Determined not to lose the momentum, Poison auditioned three possible replacements, one of whom was future Guns N’ Roses guitarist Slash. The successful candidate, however, turned out to be New York-born CC DeVille, whose vicious but expressive lead guitar style eventually landed him the job.
The band continued gigging and eventually attracted the attention of William and Wesley Hein’s small but well-respected LA independent label, Enigma Records. Active between 1980-91, their imprint was nothing if not diverse, as it also released vinyl by artists ranging from Americana pioneers Green On Red through to Van Der Graaf Generator frontman Peter Hammill and notoriously depraved New Hampshire punk GG Allin.
Enigma took a chance on Poison – a their leap of faith that paid remarkable dividends. Recorded in just 12 days, the band’s August 1986 debut, Look What The Cat Dragged In, cost just $23,000 (some of which the band funded themselves), but it peaked at a sensational No.3 on America’s Billboard 200, eventually selling 4 million copies worldwide. Easily Enigma’s best-selling slab of vinyl at that time, it also spawned three US chart hits, ‘Talk Dirty To Me’, ‘I Want Action’ and ‘I Won’t Forget You’, while the album’s anthemic, radio-friendly contents (which frequently drew comparisons to Kiss and Aerosmith) had an immediate, across-the-board appeal.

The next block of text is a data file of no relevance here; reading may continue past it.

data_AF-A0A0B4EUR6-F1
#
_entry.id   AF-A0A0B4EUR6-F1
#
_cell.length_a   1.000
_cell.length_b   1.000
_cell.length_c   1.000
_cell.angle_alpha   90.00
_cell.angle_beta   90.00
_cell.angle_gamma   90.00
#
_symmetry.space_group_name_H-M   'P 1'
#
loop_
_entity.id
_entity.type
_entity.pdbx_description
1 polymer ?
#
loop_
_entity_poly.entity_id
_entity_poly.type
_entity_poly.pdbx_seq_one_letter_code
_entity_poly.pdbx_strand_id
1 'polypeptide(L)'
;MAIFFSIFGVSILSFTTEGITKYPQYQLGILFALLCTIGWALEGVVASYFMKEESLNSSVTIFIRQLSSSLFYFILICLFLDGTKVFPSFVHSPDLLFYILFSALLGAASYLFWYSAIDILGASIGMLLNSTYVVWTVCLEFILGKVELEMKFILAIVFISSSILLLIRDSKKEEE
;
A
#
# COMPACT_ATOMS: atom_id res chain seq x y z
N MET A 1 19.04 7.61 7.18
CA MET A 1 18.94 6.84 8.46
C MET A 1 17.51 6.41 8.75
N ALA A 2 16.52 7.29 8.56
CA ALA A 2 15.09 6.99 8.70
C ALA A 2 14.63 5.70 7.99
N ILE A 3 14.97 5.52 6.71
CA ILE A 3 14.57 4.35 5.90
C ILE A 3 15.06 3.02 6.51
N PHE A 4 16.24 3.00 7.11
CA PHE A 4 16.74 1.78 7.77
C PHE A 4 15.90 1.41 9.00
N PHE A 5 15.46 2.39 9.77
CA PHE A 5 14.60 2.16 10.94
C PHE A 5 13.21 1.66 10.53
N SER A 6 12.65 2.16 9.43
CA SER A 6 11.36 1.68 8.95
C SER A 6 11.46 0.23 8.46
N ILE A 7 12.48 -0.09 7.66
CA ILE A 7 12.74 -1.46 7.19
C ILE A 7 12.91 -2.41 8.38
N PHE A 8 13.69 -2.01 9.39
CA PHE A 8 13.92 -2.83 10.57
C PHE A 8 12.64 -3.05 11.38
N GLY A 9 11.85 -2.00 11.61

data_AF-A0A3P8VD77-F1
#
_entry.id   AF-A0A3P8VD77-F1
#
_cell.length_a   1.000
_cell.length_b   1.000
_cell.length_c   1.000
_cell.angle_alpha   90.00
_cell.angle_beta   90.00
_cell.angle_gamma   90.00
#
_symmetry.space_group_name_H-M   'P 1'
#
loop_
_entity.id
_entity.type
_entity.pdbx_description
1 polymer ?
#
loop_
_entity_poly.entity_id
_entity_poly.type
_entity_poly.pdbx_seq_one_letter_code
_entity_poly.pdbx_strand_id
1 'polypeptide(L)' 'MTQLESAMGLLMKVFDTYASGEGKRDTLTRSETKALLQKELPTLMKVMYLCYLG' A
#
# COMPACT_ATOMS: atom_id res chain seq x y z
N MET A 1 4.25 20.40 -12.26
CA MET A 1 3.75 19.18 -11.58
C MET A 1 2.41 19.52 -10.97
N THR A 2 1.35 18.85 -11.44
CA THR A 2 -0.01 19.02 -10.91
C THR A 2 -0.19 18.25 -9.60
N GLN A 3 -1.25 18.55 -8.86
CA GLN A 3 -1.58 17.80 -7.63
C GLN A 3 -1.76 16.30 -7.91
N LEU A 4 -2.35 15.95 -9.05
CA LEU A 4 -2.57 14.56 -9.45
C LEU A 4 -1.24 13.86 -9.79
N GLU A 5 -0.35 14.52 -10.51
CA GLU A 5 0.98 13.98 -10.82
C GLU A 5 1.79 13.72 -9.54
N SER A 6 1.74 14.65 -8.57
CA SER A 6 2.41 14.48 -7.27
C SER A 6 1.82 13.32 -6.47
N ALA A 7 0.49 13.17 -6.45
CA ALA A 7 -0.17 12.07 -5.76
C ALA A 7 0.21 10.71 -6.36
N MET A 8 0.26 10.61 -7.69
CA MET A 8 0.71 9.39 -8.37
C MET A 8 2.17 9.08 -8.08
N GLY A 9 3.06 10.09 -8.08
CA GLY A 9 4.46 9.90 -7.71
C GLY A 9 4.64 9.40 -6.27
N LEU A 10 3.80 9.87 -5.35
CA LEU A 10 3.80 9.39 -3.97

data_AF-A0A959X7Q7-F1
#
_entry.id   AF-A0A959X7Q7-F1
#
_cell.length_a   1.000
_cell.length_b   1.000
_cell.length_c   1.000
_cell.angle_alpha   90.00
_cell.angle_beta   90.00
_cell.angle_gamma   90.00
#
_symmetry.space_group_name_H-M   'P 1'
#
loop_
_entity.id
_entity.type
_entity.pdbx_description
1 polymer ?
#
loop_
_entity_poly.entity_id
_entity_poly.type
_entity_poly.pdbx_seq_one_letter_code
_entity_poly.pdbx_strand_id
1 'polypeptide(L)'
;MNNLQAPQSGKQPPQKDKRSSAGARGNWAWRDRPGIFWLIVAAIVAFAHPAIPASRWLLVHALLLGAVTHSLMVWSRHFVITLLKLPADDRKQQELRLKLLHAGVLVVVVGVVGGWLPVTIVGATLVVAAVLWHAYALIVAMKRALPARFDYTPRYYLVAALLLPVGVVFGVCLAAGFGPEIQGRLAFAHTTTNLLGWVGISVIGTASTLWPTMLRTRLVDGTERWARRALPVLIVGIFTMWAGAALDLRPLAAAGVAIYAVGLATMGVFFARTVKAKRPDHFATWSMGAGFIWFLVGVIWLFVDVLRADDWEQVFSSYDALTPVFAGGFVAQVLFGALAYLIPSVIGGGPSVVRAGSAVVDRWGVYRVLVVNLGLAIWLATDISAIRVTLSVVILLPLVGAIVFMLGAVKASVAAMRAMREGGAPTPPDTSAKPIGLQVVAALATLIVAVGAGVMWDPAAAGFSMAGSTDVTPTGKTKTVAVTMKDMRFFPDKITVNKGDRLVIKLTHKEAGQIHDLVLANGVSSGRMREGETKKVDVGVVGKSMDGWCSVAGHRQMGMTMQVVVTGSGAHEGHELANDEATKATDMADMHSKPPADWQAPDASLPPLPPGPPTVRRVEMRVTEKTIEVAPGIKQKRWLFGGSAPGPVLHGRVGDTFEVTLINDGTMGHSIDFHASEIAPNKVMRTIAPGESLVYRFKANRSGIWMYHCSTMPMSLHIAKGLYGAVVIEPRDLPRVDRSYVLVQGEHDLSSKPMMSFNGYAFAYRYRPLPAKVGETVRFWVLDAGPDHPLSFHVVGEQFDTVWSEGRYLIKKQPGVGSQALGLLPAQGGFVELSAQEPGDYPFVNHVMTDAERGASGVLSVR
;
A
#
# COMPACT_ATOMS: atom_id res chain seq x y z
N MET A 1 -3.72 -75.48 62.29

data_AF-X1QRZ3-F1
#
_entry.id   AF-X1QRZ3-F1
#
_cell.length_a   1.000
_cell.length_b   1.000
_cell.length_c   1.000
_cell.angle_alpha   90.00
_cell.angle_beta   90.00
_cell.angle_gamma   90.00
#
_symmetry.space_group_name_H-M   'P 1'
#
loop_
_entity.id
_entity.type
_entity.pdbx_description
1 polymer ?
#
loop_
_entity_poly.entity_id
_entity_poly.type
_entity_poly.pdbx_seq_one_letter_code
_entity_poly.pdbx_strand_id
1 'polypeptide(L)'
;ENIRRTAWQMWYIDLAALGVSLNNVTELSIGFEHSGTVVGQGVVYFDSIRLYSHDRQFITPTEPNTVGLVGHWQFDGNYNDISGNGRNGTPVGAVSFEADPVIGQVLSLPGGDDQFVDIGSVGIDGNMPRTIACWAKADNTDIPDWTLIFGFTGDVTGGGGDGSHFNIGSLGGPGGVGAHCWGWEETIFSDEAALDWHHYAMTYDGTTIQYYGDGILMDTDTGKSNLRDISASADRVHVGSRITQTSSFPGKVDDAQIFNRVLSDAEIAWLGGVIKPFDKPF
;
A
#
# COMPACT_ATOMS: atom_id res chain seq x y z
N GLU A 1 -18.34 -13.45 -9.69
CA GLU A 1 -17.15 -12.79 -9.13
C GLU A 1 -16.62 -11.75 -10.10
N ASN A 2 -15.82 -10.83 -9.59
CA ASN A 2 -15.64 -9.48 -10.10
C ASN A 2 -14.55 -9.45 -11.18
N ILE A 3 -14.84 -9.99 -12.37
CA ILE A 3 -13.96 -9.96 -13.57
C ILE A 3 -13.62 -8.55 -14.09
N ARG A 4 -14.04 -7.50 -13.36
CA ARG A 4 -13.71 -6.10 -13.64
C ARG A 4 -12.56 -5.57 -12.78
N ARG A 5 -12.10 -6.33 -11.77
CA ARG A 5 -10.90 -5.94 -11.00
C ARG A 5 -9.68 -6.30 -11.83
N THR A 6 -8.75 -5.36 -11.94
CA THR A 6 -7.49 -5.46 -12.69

With help from heavy rotation on MTV, Poison’s reputation spread and the band toured with contemporaneous big-haired metal/hard rock outfits such as Ratt, Cinderella and Quiet Riot, and even appeared at the popular metal festival, the not quite triple-X The Texxas Jam, in Dallas.